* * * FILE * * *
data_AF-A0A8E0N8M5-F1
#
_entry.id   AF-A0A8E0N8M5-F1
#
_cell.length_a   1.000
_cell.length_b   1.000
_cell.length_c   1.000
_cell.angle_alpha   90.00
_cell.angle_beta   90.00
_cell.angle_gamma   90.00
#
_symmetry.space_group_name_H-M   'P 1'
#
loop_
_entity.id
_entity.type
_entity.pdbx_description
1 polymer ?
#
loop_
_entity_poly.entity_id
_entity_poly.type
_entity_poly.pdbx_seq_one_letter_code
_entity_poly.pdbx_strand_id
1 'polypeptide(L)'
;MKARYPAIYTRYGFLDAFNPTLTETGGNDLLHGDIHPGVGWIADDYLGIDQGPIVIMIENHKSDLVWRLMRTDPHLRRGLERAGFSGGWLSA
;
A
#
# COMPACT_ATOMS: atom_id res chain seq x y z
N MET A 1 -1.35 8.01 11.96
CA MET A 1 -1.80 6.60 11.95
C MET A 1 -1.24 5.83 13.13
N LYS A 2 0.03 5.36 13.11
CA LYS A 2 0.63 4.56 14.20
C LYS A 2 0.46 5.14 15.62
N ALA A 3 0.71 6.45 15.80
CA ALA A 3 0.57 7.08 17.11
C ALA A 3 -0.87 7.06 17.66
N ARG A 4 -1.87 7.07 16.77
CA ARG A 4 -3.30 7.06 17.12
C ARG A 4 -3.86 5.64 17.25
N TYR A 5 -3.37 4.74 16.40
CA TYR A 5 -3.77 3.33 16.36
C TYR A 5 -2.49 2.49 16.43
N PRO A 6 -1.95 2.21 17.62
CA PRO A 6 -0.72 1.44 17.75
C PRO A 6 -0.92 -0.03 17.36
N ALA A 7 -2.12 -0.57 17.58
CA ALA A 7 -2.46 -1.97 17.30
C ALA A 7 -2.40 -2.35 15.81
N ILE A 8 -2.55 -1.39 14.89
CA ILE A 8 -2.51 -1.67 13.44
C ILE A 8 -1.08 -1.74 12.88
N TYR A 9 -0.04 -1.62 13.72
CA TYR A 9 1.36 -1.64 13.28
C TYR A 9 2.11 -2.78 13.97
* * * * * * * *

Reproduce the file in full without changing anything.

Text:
data_AF-A0A8E0N8M5-F1
#
_entry.id   AF-A0A8E0N8M5-F1
#
_cell.length_a   1.000
_cell.length_b   1.000
_cell.length_c   1.000
_cell.angle_alpha   90.00
_cell.angle_beta   90.00
_cell.angle_gamma   90.00
#
_symmetry.space_group_name_H-M   'P 1'
#
loop_
_entity.id
_entity.type
_entity.pdbx_description
1 polymer ?
#
loop_
_entity_poly.entity_id
_entity_poly.type
_entity_poly.pdbx_seq_one_letter_code
_entity_poly.pdbx_strand_id
1 'polypeptide(L)'
;MKARYPAIYTRYGFLDAFNPTLTETGGNDLLHGDIHPGVGWIADDYLGIDQGPIVIMIENHKSDLVWRLMRTDPHLRRGLERAGFSGGWLSA
;
A
#
# COMPACT_ATOMS: atom_id res chain seq x y z
N MET A 1 -1.35 8.01 11.96
CA MET A 1 -1.80 6.60 11.95
C MET A 1 -1.24 5.83 13.13
N LYS A 2 0.03 5.36 13.11
CA LYS A 2 0.63 4.56 14.20
C LYS A 2 0.46 5.14 15.62
N ALA A 3 0.71 6.45 15.80
CA ALA A 3 0.57 7.08 17.11
C ALA A 3 -0.87 7.06 17.66
N ARG A 4 -1.87 7.07 16.77
CA ARG A 4 -3.30 7.06 17.12
C ARG A 4 -3.86 5.64 17.25
N TYR A 5 -3.37 4.74 16.40
CA TYR A 5 -3.77 3.33 16.36
C TYR A 5 -2.49 2.49 16.43
N PRO A 6 -1.95 2.21 17.62
CA PRO A 6 -0.72 1.44 17.75
C PRO A 6 -0.92 -0.03 17.36
N ALA A 7 -2.12 -0.57 17.58
CA ALA A 7 -2.46 -1.97 17.30
C ALA A 7 -2.40 -2.35 15.81
N ILE A 8 -2.55 -1.39 14.89
CA ILE A 8 -2.51 -1.67 13.44
C ILE A 8 -1.08 -1.74 12.88
N TYR A 9 -0.04 -1.62 13.72
CA TYR A 9 1.36 -1.64 13.28
C TYR A 9 2.11 -2.78 13.97